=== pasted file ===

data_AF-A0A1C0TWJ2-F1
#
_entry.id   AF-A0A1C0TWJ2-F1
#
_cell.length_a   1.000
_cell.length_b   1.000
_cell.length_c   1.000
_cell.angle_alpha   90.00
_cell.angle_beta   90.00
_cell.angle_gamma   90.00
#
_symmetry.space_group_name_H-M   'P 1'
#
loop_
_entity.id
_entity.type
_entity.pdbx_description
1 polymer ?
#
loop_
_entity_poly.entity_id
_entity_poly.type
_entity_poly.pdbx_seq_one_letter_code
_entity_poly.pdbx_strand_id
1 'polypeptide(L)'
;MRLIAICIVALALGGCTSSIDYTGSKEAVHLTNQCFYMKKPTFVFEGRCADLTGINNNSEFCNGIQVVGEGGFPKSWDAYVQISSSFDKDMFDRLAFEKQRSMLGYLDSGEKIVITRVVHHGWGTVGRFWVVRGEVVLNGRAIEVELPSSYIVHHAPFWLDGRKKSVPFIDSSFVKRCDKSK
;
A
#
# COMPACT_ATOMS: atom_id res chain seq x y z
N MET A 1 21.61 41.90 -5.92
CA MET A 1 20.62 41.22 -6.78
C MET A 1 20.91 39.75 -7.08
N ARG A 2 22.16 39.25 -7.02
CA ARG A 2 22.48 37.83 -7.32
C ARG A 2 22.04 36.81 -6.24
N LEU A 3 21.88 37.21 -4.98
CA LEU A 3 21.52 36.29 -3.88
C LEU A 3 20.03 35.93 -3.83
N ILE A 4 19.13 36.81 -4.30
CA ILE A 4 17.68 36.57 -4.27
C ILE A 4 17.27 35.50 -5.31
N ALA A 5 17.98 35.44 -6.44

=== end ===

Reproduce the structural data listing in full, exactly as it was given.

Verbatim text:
data_AF-A0A1C0TWJ2-F1
#
_entry.id   AF-A0A1C0TWJ2-F1
#
_cell.length_a   1.000
_cell.length_b   1.000
_cell.length_c   1.000
_cell.angle_alpha   90.00
_cell.angle_beta   90.00
_cell.angle_gamma   90.00
#
_symmetry.space_group_name_H-M   'P 1'
#
loop_
_entity.id
_entity.type
_entity.pdbx_description
1 polymer ?
#
loop_
_entity_poly.entity_id
_entity_poly.type
_entity_poly.pdbx_seq_one_letter_code
_entity_poly.pdbx_strand_id
1 'polypeptide(L)'
;MRLIAICIVALALGGCTSSIDYTGSKEAVHLTNQCFYMKKPTFVFEGRCADLTGINNNSEFCNGIQVVGEGGFPKSWDAYVQISSSFDKDMFDRLAFEKQRSMLGYLDSGEKIVITRVVHHGWGTVGRFWVVRGEVVLNGRAIEVELPSSYIVHHAPFWLDGRKKSVPFIDSSFVKRCDKSK
;
A
#
# COMPACT_ATOMS: atom_id res chain seq x y z
N MET A 1 21.61 41.90 -5.92
CA MET A 1 20.62 41.22 -6.78
C MET A 1 20.91 39.75 -7.08
N ARG A 2 22.16 39.25 -7.02
CA ARG A 2 22.48 37.83 -7.32
C ARG A 2 22.04 36.81 -6.24
N LEU A 3 21.88 37.21 -4.98
CA LEU A 3 21.52 36.29 -3.88
C LEU A 3 20.03 35.93 -3.83
N ILE A 4 19.13 36.81 -4.30
CA ILE A 4 17.68 36.57 -4.27
C ILE A 4 17.27 35.50 -5.31
N ALA A 5 17.98 35.44 -6.44